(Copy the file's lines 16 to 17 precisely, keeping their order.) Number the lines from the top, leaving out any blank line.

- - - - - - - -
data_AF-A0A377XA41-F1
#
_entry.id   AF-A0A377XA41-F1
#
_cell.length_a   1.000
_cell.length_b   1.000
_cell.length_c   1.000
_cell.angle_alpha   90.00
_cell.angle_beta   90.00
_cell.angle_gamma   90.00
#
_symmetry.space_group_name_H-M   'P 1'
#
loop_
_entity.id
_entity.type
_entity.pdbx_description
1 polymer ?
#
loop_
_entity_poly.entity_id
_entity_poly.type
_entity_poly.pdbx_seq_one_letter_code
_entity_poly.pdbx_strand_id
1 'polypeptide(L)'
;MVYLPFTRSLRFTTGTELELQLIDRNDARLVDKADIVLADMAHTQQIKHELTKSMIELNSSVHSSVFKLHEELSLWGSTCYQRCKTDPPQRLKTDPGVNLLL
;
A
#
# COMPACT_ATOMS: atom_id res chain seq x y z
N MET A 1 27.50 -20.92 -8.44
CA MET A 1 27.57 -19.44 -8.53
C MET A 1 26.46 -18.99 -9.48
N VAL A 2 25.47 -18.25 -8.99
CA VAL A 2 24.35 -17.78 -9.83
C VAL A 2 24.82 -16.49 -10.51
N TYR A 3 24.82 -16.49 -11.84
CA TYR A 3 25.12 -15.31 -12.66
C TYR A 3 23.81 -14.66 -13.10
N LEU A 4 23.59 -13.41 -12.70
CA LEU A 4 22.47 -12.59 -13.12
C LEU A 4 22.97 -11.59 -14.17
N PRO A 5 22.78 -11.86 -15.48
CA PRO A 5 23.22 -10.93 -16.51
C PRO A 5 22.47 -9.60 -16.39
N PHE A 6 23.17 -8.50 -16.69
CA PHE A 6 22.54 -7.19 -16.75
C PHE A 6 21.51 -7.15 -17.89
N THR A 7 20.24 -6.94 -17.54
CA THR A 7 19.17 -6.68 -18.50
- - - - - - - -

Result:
_entity.type
_entity.pdbx_description